First, we’re able to regard animals as objects that exist solely for the sake of our use and enjoyment and that don’t matter in themselves. For an example, consider the way the fishing industry treats bycatch as disposable.

Second, we’re able to regard animals as beings who matter in themselves yet who are fundamentally interchangeable with others. That’s a utilitarian perspective. It’s the perspective you occupy when you endorse killing one pig to save five. Such a view is defended by world-renowned Australian philosopher Peter Singer, among many others.

Third, we’re able to see animals as beings who not only matter in themselves, but who also have rights, such as the right to life, or the right to bodily integrity, or even the right to liberty.

Perhaps it’s strange to see farmed animals that way, but it’s not so strange to see non-human family members such as cats and dogs in that way. And famous philosophers such as Tom Regan have argued a vast range of animals ought to be seen in that way.

The future of human-animal relations

Currently, many of us see most animals as mere things, the way fishermen typically see bycatch. And this might continue into the future.

But that’d be a tragedy. Despite their differences from humans, animals are conscious individuals with their own welfare, and so do matter in themselves. Recognising this will be an essential step in reducing the tremendous amount of unnecessary suffering and death that humans inflict on animals.

The simple recognition that animals are not mere things is in itself of massive importance, but it’s also only the beginning of the work we have ahead of us. As a society we must confront deep and difficult questions about whether animals have moral rights and, if so, what those rights might be, and how (if at all) their rights differ from those of human beings. Philosophers have been debating such questions for decades but haven’t reached consensus (yet).

Such questions must be addressed before we can we hope to find a new relationship with animals that fully recognises and respects our obligations to them.




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The Conversation


David Killoren, Research Fellow, Dianoia Institute of Philosophy, Australian Catholic University and Robert Streiffer, Professor of Philosophy and Bioethics, University of Wisconsin-Madison

This article is republished from The Conversation under a Creative Commons license. Read the original article.

Photos from the field: capturing the grandeur and heartbreak of Tasmania’s giant trees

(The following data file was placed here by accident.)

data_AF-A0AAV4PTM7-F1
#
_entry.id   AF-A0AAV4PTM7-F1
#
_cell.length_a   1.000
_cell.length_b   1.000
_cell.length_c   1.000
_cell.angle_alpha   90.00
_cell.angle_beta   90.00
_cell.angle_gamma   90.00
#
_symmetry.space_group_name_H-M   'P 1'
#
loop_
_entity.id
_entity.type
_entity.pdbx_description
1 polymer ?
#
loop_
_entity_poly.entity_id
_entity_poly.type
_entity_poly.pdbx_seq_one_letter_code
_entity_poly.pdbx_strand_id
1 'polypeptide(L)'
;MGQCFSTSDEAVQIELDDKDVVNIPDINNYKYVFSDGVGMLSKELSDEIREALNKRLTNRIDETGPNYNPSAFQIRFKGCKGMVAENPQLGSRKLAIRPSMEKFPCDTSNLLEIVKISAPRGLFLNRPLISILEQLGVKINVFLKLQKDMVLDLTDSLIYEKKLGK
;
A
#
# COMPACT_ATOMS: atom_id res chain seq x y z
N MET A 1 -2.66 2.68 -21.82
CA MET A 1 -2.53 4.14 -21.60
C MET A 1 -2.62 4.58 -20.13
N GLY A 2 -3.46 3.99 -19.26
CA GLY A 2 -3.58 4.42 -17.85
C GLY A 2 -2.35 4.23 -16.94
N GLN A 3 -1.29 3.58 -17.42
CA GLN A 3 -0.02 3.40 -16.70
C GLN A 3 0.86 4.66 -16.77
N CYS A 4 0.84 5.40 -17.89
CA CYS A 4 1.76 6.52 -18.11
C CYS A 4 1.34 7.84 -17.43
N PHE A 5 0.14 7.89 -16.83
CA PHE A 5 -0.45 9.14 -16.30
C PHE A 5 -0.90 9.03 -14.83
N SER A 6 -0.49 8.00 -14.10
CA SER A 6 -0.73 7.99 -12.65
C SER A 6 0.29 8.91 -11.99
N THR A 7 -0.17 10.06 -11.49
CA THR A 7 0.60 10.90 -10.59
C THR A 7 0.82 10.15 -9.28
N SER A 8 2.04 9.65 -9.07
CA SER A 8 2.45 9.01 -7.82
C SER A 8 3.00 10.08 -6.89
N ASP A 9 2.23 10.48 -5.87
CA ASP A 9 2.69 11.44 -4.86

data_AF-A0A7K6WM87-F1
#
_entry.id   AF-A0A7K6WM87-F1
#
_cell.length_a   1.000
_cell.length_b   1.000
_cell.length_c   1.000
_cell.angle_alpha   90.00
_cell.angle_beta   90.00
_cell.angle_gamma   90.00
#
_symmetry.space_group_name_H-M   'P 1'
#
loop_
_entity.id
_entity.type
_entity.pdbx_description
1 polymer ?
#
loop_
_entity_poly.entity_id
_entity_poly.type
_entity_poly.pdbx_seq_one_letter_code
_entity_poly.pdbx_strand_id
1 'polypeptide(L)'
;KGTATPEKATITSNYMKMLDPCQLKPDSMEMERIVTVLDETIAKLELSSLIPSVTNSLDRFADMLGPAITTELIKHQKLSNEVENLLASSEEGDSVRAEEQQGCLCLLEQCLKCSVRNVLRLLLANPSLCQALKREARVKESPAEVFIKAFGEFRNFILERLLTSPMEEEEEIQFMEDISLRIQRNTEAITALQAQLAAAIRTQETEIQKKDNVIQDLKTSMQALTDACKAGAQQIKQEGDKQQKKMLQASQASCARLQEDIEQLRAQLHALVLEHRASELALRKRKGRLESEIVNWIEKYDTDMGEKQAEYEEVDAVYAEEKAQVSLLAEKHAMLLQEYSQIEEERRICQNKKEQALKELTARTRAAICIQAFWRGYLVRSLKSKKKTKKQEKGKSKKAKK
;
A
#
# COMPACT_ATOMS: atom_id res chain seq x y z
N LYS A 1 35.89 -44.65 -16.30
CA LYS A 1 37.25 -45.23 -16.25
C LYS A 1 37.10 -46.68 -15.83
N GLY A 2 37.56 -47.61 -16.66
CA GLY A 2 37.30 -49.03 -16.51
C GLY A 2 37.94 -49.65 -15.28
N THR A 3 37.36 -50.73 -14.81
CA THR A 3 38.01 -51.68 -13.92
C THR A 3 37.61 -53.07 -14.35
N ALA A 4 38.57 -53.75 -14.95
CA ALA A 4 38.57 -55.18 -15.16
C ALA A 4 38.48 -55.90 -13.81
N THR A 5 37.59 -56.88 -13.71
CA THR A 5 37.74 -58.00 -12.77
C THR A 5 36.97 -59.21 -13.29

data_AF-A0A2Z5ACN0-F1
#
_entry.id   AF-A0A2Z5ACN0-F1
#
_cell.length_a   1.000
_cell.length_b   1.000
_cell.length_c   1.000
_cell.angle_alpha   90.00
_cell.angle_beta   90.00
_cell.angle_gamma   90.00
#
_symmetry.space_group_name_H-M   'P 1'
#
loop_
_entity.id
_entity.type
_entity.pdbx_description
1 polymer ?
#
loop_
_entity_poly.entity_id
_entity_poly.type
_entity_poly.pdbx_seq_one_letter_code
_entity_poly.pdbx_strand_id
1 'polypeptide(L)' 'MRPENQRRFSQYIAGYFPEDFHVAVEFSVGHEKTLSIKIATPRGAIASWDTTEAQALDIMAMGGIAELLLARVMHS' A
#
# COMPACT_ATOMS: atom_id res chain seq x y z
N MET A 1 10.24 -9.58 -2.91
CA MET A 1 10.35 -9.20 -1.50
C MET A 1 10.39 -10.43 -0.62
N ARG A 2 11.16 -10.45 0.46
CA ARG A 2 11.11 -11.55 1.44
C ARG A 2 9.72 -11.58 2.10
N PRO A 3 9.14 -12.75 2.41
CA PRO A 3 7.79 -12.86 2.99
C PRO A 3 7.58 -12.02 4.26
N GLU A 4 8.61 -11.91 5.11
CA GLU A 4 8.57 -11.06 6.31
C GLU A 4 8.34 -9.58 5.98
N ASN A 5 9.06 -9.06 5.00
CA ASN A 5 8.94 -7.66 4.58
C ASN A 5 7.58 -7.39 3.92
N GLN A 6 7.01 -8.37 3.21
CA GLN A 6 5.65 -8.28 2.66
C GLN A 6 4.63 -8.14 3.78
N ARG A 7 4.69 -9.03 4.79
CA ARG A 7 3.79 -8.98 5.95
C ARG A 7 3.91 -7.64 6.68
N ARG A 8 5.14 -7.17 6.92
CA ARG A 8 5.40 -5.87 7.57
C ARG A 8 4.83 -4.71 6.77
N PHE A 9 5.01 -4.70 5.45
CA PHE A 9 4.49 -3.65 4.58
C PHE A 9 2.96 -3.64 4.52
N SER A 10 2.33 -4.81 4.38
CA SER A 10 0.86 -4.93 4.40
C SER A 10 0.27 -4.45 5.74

Steve Pearce/The Tree Projects, Author provided

Jennifer Sanger, University of Tasmania

Environmental scientists see flora, fauna and phenomena the rest of us rarely do. In this new series, we’ve invited them to share their unique photos from the field.


Tasmania’s native forests are home to some of the tallest, most beautiful trees in the world. They provide a habitat for many species, from black cockatoos and masked owls to the critically endangered swift parrot.

But these old, giant trees are being logged at alarming rates, despite their enormous ecological and heritage value (and untapped tourism potential). Many were also destroyed in Tasmania’s early 2019 fires.




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Former Greens leader Bob Brown recently launched a legal challenge to Tasmania’s native forest logging. And this year, Forestry Watch, a small group of citizen scientists, found five giant trees measuring more than five metres in diameter inside logging coupes. “Coupes” are areas of forest chopped down in one logging operation.

These trees are too important to be destroyed in the name of the forestry industry. This is why my husband Steve Pearce and I climb, explore and photograph these trees: to raise awareness and foster appreciation for the forests and their magnificent giants.

Climbing trees is not just for the young, but for the young at heart. Kevin is in his early 70’s and helps us with measuring giant trees.
Steve Pearce/The Tree Projects, Author provided

What makes these trees so special?

Eualypytus regnans, known more commonly as Mountain Ash or Swamp Gum, can grow to 100 metres tall and live for more than 500 years. For a long time this species held the record as the tallest flowering tree. But last year, a 100.8 m tall Yellow Meranti (Shorea faguetiana) in Borneo, claimed the title — surpassing our tallest Eucalypt, named Centrioun, by a mere 30 centimetres.

Centrioun still holds the record as the tallest tree in the southern hemisphere. But five species of Eucalypt also grow above 85 m tall, with many ranking among some of the tallest trees in the world.

It’s not only their height that make these trees special, they’re also the most carbon dense forests in the world, with a single hectare storing more than 1,867 tonnes of carbon.